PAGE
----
On the biological underpinnings of the atopic march, also called the atopic triad, and what people with eczema need to know.
Published On: May 12, 2016
Last Updated On: Jul 15, 2021
We asked Nathan, a member of NEA’s Board of Directors, Co-Leader of the Chicago Support Group, and longtime NEA supporter why he joined the National Eczema Association. Here was his response:
Nathan lives in Chicago where he is a medical student. He was diagnosed with eczema at two months old and suffered from severe eczema in grade school and high school. Through treatment, great doctors and avoidance of triggers he has been under control since graduating college.
I first learned about NEA from my dermatologist, Dr. Peter Lio, who is a member of the NEA’s Scientific Advisory Committee. Several years ago, Peter mentioned that the mother of one of his patients wanted to start a NEA support group. Dr. Lio asked if I wanted to help and I jumped on board. We launched the Chicago-area NEA support group in early 2013.
I am excited about the next chapter in the care of eczema patients. Over the next several years biologic medications will expand and improve the treatment tool-belt exponentially. At the same time, sophisticated treatment modalities will be disseminated to care providers across the medical landscape.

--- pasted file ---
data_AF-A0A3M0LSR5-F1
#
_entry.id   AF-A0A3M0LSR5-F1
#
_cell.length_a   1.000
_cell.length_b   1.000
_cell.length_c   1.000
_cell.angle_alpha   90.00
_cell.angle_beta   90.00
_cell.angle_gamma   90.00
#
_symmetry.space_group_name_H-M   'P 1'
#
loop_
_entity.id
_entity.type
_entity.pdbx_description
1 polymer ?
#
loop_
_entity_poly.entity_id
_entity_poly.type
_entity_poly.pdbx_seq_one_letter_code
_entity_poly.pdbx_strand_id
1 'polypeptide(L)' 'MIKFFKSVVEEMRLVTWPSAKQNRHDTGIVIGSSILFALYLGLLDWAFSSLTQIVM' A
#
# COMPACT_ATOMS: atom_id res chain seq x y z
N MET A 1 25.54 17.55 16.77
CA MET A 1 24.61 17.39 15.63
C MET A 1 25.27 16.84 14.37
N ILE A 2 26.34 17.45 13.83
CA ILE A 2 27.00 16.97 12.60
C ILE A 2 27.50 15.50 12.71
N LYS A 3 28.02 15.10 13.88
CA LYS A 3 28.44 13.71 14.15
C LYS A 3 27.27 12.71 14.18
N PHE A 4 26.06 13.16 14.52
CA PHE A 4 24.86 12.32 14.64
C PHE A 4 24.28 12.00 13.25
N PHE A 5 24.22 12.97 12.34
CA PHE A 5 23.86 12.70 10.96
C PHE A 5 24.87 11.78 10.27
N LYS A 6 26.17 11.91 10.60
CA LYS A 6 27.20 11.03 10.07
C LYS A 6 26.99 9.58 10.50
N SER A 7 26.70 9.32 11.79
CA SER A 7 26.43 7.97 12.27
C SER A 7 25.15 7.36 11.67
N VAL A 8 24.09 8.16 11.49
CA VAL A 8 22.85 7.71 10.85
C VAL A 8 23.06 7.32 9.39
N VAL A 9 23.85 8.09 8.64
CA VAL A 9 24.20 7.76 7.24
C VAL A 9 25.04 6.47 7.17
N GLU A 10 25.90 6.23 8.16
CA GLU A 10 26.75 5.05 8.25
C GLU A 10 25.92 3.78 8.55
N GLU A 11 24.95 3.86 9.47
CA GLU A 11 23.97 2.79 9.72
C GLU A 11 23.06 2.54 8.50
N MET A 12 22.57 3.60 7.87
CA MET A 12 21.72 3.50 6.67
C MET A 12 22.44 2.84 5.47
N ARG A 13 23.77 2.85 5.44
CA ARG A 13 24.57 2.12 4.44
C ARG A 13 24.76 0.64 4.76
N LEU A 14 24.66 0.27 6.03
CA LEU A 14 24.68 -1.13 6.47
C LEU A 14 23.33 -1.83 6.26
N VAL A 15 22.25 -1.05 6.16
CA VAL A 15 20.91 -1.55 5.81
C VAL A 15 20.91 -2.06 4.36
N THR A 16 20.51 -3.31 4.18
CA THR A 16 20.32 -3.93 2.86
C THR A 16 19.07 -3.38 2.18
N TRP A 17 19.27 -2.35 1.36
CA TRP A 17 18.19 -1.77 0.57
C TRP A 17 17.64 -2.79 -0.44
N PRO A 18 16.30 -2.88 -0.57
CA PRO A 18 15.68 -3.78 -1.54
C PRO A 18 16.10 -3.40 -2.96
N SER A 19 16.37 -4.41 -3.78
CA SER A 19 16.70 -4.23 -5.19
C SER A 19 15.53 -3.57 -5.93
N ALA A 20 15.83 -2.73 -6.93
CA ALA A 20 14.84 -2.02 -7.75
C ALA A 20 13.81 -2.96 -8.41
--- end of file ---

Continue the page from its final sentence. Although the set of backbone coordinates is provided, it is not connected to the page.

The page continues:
NEA’s work is critical to ensure these things happen. Two focus areas from the NEA’s Roadmap to Advocacy speak to my personal interests and passions:
We can come together as a community through NEA so that the next chapter of atopic dermatitis is about thriving, not just surviving.
Finding a doctor with expertise and passion for treating eczema has been a major challenge in the eczema community. Fortunately, more dermatologists and allergist seem to be taking an interest in atopic dermatitis. I also think it is easier to find an eczema expert than it used to be thanks to the NEA’s patient conferences and social media.
Expense is another problem. Many insurance plans cover Elidel but not Protopic. Both are good medications, but personally Protopic helps me more, and I imagine there are other people out there who feel the same. Co-pays for phototherapy can also add up quickly. The problem of expense will increase as new biologics come to market.
First and foremost has been the Chicago-area support group. The walks have been important to me too. We did a virtual walk here in Chicago at the same time as the Los Angeles walk in 2014. Moreover, we had the Itching for a Cure walk in Chicago last year. It was also great meeting people from around the country at the Boston conference two years ago and listening to such a dedicated group of researchers and physicians.
I enjoy watching the survival expert Bear Grylls on TV. One of things he said during his show really resonated with me and I think is good advice for living with eczema: “Survival can be summed up in three words — never give up. That’s the heart of it really. Just keep trying.”